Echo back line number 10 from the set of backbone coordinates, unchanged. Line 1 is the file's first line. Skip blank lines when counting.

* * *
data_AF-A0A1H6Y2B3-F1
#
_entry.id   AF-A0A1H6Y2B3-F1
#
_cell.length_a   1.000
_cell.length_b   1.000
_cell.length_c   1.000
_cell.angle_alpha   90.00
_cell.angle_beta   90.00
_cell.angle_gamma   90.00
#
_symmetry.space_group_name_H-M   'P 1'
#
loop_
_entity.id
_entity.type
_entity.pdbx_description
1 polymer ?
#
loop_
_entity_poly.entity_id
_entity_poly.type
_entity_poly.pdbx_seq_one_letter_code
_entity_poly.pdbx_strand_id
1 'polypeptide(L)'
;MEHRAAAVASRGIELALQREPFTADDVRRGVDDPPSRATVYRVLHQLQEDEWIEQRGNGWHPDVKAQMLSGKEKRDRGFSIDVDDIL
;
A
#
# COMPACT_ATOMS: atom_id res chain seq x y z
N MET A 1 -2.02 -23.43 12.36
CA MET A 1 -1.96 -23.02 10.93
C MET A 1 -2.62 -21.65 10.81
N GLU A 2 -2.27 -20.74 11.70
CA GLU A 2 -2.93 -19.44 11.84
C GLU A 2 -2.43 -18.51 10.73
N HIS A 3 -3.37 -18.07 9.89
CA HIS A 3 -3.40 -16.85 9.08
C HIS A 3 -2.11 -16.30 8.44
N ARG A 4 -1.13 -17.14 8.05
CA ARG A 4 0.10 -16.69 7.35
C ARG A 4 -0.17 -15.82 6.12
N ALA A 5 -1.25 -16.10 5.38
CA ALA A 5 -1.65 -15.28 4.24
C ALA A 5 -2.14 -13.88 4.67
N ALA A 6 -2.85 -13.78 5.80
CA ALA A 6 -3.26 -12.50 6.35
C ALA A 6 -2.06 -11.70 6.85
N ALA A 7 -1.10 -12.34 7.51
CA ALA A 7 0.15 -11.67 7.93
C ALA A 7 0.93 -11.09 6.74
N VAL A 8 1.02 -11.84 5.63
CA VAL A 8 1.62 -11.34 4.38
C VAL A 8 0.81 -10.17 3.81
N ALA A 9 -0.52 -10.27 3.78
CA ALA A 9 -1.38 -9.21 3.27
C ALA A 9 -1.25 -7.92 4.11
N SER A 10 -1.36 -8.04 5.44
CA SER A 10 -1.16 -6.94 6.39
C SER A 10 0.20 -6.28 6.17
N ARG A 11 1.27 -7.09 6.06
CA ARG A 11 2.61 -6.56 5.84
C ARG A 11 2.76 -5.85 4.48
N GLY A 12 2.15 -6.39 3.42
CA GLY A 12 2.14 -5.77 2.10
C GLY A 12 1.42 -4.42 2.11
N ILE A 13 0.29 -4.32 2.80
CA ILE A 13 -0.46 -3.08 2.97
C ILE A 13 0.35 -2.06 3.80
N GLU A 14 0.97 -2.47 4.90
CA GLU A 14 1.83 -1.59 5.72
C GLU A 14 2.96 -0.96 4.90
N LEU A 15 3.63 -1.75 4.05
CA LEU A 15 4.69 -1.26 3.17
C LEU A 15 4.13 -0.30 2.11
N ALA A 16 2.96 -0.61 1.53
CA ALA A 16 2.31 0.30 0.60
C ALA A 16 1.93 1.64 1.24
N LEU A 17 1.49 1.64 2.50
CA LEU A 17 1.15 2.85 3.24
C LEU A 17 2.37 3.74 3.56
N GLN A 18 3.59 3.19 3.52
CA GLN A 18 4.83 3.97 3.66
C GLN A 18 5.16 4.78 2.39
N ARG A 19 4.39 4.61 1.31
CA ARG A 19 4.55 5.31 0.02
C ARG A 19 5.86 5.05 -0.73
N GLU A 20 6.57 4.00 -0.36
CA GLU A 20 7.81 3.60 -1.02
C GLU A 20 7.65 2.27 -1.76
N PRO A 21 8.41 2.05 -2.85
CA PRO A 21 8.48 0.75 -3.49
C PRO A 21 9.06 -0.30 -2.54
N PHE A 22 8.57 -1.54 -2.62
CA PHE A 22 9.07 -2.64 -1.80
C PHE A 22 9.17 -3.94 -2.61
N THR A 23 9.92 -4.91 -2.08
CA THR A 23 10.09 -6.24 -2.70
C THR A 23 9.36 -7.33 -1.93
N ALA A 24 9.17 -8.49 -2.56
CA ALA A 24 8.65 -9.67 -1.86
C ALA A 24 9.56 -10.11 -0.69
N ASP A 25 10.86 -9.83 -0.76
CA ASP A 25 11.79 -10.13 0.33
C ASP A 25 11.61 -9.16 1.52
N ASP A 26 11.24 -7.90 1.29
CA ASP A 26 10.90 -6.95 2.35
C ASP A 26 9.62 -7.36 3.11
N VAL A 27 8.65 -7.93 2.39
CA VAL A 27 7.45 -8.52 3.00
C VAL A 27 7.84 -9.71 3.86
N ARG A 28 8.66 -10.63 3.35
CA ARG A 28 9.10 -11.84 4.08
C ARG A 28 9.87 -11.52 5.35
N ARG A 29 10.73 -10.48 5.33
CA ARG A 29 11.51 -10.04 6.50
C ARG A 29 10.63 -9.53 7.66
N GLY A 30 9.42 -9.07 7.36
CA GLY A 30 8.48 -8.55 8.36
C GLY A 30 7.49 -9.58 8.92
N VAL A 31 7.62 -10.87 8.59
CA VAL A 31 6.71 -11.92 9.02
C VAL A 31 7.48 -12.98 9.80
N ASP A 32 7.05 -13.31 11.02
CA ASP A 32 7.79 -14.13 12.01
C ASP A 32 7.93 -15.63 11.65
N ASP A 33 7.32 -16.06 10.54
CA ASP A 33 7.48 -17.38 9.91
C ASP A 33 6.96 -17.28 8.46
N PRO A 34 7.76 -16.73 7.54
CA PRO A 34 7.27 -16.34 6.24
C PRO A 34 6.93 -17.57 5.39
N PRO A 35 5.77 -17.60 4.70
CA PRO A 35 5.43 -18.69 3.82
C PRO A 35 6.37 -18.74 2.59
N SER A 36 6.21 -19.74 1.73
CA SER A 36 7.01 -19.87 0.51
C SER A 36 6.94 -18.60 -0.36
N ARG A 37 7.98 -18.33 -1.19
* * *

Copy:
_cell.angle_gamma   90.00